In contrast, a study in Israel of refugees from ruralareas of Ethiopia noted relatively low rates of dentalcaries in refugee children, with only 13.2% of 5- to6-year-olds and 18.2% of 12-year-olds exhibiting den-tal caries.17 It is interesting that none of these Ethio-pian children had ever been to the dentist beforeemigration to Israel. All foods consumed by theseEthiopian refugees in their native culture werehomemade without the use of refined sugar, which istypical of many parts of Africa. Throughout EastAfrica, dental caries prevalence is low comparedwith developed countries, with a lower prevalence inrural versus urban areas.18 In addition, differenceshave been noted in caries prevalence between highand low socioeconomic groups, with the prevalenceand severity of dental caries generally higher amongprivileged Africans who reside in urban centers,where sugar consumption is limited to those of ahigher socioeconomic status and considered a lux-ury. In contrast to the indigenous African rural dietthat is low in refined sugar, refugees are often ex-posed to dietary changes that may include increasedquantities of refined sugar. Such dietary changesmay be compounded by disrupted family eating pat-terns within refugee camps, with these new dis-rupted patterns persisting as refugees resettle in anew country.18
All newly arrived refugees in the United States areentitled to a comprehensive health assessment onarrival through the Federal Refugee Act of 1980(45CFR400.107). In Massachusetts, the medicalscreening of newly arriving refugees was consoli-dated in 1995 as the Refugee Health AssessmentProgram under the auspices of the MassachusettsDepartment of Public Health. The program is con-tracted to a limited network of clinical sites aroundthe state. An earlier report by the programs medicalproviders noted that 63% of newly arrived refugeechildren in Massachusetts had significant oral healthproblems, which were the most prevalent healthproblems among these children.6 As a result, oralhealth assessments by a dental hygienist were incor-porated into the Refugee Health Assessment Pro-gram with the establishment of the Program for Ref-ugee Oral Health (PROH). PROH was firstimplemented at the International Clinic of BostonMedical Center, the largest clinical site in the state.This report presents data collected in 20012002 froma cohort of refugee children, stratified by their regionof origin. Comparable oral health data from childrenwho live in the United States was obtained from theThird National Health and Nutrition ExaminationSurvey (NHANES III). The results of these analysesprovide new information on the oral health status ofdiverse refugee populations.
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Refugee DataOral health assessments of newly arriving refugees were con-
ducted as part of the Refugee Health Assessment Program startingin January 2001. This article reports findings from screeningscompleted by September 2002. The screenings of refugee childrenwere performed within 90 days of arrival in the United States. Adental hygienist visually screened each refugee child by using apenlight and a disposable mirror. An intra-oral examination wasperformed on each child to detect the presence of any oral pathol-ogy. A parent and/or a child was interviewed about the lastdental visit of the child and whether the child currently had oralpain. These interviews were conducted through hospital interpret-ers, when needed. Data were collected from a retrospective chartreview of the medical records. Oral health findings and demo-graphic information for each refugee child in the study wererecorded. Demographic information included age, gender, race/ethnicity, and country of origin. The Institutional Review Board ofthe Boston University Medical Center approved and monitoredthe study.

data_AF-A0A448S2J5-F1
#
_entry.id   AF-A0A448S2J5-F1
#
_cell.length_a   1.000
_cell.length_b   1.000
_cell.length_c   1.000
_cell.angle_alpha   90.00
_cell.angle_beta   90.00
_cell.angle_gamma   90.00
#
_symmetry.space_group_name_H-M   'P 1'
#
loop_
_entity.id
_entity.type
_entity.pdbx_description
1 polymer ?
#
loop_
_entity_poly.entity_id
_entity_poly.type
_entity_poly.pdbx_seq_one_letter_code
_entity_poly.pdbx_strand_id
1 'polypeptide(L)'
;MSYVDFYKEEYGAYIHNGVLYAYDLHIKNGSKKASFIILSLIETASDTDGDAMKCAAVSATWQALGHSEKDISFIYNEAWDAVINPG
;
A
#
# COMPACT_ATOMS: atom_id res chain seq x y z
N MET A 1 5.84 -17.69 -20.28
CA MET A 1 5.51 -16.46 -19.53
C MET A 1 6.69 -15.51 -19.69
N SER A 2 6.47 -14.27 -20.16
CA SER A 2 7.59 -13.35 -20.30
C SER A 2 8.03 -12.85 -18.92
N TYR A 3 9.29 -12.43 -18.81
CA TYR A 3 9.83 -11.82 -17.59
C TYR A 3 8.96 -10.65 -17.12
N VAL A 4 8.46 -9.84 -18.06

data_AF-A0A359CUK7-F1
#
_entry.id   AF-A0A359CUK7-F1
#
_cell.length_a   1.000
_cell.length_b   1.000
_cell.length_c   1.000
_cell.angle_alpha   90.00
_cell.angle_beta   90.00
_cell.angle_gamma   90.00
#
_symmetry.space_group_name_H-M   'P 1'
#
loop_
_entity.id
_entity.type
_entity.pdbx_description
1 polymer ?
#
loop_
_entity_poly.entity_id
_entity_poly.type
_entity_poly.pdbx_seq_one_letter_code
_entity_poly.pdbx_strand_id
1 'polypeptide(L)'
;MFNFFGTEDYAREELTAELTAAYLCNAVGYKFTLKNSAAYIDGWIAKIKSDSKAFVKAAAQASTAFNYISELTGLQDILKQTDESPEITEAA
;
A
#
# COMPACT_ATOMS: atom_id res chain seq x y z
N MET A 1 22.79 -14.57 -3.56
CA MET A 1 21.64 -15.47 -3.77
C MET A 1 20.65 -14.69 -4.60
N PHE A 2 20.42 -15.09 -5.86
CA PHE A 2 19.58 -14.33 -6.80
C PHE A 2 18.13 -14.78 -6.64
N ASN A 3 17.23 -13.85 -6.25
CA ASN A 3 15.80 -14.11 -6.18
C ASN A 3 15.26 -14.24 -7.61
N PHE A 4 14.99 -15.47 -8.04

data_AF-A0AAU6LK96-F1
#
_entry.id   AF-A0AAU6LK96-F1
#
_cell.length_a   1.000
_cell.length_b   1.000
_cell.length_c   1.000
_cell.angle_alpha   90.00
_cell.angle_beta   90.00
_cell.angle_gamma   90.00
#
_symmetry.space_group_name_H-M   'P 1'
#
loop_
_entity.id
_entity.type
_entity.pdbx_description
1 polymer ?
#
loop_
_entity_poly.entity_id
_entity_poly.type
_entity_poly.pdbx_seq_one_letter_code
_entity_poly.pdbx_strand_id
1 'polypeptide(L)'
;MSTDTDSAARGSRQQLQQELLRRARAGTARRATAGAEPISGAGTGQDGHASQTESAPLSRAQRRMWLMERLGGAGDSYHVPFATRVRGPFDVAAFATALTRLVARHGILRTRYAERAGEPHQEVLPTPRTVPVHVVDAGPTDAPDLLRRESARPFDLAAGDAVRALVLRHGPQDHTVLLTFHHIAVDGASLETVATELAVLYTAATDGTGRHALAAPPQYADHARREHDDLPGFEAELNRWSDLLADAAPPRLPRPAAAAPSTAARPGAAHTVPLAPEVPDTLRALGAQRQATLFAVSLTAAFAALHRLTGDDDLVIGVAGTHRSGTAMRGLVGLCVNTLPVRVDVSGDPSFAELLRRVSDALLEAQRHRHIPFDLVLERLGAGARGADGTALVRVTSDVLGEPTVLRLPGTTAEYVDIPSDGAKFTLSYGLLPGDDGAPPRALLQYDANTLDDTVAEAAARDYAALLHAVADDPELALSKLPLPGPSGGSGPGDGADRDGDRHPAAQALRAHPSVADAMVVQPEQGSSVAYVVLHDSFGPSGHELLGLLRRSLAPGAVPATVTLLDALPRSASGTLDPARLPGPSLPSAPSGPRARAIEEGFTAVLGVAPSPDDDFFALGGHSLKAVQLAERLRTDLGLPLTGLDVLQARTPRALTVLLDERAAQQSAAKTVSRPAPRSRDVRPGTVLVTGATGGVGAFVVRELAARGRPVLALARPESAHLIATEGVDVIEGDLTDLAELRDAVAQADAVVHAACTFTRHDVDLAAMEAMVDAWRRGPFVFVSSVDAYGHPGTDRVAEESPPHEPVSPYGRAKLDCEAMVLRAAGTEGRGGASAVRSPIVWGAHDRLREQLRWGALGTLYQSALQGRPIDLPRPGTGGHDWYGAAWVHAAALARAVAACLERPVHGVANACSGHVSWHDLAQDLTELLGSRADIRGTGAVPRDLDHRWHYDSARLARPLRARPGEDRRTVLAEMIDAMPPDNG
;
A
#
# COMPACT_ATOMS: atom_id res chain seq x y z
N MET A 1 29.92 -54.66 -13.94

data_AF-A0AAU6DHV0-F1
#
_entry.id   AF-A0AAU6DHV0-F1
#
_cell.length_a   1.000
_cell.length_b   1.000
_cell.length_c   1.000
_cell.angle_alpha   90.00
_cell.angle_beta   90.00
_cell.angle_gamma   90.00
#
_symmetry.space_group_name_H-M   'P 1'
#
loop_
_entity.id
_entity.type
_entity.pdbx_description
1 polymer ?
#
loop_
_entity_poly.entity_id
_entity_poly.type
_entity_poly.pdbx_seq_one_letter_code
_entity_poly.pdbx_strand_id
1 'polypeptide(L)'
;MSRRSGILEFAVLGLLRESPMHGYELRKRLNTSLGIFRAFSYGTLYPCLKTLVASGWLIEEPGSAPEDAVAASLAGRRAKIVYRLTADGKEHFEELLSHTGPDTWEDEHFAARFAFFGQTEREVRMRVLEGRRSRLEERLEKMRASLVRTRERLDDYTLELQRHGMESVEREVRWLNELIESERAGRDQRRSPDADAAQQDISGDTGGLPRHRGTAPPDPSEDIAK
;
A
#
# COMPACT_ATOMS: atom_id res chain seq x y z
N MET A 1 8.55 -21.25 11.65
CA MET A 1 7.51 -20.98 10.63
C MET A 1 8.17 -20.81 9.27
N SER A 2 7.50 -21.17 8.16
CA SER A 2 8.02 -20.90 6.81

The Basic Screening Survey of the Association of State andTerritorial Dental Directors was the survey instrument used forinformation on caries experience, untreated caries, treatment ur-gency, and early childhood caries.19 Caries experience is deter-mined by the presence of an untreated caries lesion, a restoration(which presumably was once a caries lesion), or a permanentmolar that is missing because it was extracted as a result of dentalcaries. Untreated caries is detected when the screener can readilyobserve the following criteria: (1) a loss of at least 0.5 mm of toothstructure at the enamel surface and (2) brown to dark-browncoloration of the walls of the cavity. Early childhood caries isdefined as any child 3 years old with any 1 of his or her upper6 primary anterior teeth decayed, filled, or missing as a result ofcaries. Treatment urgency code is an estimate of how soon thechild should visit the dentist for clinical diagnosis and necessarydental treatment. Treatment urgency is classified into the follow-ing categories: (1) urgent/emergency care is defined as needingtreatment within 24 hours for signs and symptoms including pain,infection, and swelling or soft-tissue ulceration of 2 weeks du-ration; (2) early care is defined as needing dental treatment thatshould be administered within several weeks for problems such ascaries without signs or symptoms, spon...